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    For coaching/training info visit www.Gags30poker.com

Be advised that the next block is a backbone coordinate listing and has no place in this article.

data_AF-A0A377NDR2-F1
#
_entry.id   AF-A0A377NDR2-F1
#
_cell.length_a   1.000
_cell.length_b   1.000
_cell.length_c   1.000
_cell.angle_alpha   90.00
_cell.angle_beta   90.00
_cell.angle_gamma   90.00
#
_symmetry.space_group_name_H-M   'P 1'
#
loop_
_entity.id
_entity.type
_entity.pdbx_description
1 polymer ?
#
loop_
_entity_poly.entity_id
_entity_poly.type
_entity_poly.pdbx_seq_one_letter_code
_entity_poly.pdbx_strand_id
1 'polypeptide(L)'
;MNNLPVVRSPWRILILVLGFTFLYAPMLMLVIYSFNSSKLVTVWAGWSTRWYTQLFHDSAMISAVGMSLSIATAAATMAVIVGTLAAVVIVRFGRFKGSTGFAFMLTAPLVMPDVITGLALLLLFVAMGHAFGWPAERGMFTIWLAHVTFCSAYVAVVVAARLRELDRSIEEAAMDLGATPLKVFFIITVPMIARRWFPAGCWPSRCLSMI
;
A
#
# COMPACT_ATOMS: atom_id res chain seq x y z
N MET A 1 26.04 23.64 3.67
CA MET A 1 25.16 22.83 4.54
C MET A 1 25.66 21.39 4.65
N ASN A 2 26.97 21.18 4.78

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  1. I recently received an e-mail from a prospective student. He asked about the "poker lifestyle" and the truth to it. He had seen all of these "professionals" on television who all had multiple millions of dollars in winnings and wanted to know if these people really did drive around in Bentleys and have as much money as it appears they may have. Let's break some things down. A lot of people have a very common perception that a player's total cashes or tournament winnings is an indicator of a player's profit and shows how much money a player must have. For example, if we look at a very good tournament player, we may see that they have $1 million in tournament earnings. This is quite a feat, and many players do not ever reach this mark. However, let's look at what this $1 million really entails. For starters, the biggest thing is that this is not factoring in the cost to play the tournaments. The average person who hits the $1 million cashes mark has probably played thousands upon thousands of tournaments. The cost of all of these tournaments can certainly vary, but somewhere around $800,000 to $900,000 is very reasonable (this would actually still be a very good win rate and in many cases players may spend $950,000, $975,000, or more to hit the $1 million in cashes mark). So, we spent $900,000 and got $1 million back; $100,000 is still a lot of profit. However, a second aspect you have to consider is that many players do not have 100% of their own action. People get others to invest in them, they get others to back them full-time, and they swap percentages with friends. All of these things cut into that profit. That nice $100,000 can be cut in half or, with some backing deals, even more! Okay, so our example player was backed full-time and he had 50% of himself (a fairly common deal). We're at $50,000 in profit, still a nice sum of money for most people, and if we were able to make this in a year, we're making a pretty healthy living in most places. But, we're a far cry from the $1 million badge. This $50,000 can get gut down even further when we examine other aspects of the "poker lifestyle." If our player sat at home all year and grinded like they did to make their $50,000, they would probably be sitting pretty. However, many poker players get tired of that; after all, being a "professional poker player" is all about freedom and being able to go where you want when you want. So, players take trips, travel to play events, and head to Vegas for the WSOP. Traveling the world sounds fun, but it can quickly get expensive. I've known many poker players who have vastly underestimated the cost of traveling. Even though they had a very profitable trip playing poker, they only broke even or lost money due to the cost of flying, hotels, and expensive meals. This brings me to the last misconception: the "baller" poker lifestyle. I feel like there are generally two types of people: those who fit this lifestyle and those who don't. Now, don't get me wrong. I've met many poker players who have spent thousands of dollars on huge watches, partying in nightclubs, and eating fancy meals. However, most of these players don't hang onto the money they've earned for very long. It's fairly easy to see why: if you're reckless with your money, you'll find you'll quickly run out. In my experience, many true professionals are smart with their money. Instead of eating at a fancy top-rated restaurant seven nights in a row, they'll stay in a hotel room with a kitchen and cook their own meals or get an inexpensive meal at a local place. Instead of staying in a giant suite in the casino where a tournament is, they'll stay a five-minute walk away in a less expensive hotel. Sure, everyone splurges on a nice meal once in a while or after a big tournament win, but they don't make a habit out of it. It's actually funny: I know a lot of players who play low- and mid-stakes tournaments who actually have a lot more money than some of their high-stakes counterparts, and it's directly related to the lifestyle they live. Let's not forget about taxes. If you're lucky enough to be a U.S. citizen, you still owe Uncle Sam a good portion of that $50,000. The illusion of the super rich poker player is best compared to Hollywood and actors. Are there actors who make multiple millions of dollars per movie? Of course, but there are many more who act in commercials, play smaller roles, and work in other areas of Hollywood; a good deal of them still make very healthy livings. Do "baller poker players" exist? They do, although they're much less common than many people seem to think. But don't worry, just because you're not spending $10,000 at a fancy night club doesn't mean that you can't play credit card roulette and have a little fun! Gags30is a long-time PocketFives member and PocketFives Traininginstructor. He is also available for private coaching and is a lead instructor at PremierPokerCoaching.com. Want the latest poker headlines and interviews? Follow PocketFives on Twitterand Like PocketFives on Facebook. You can also subscribe to our RSS feed.

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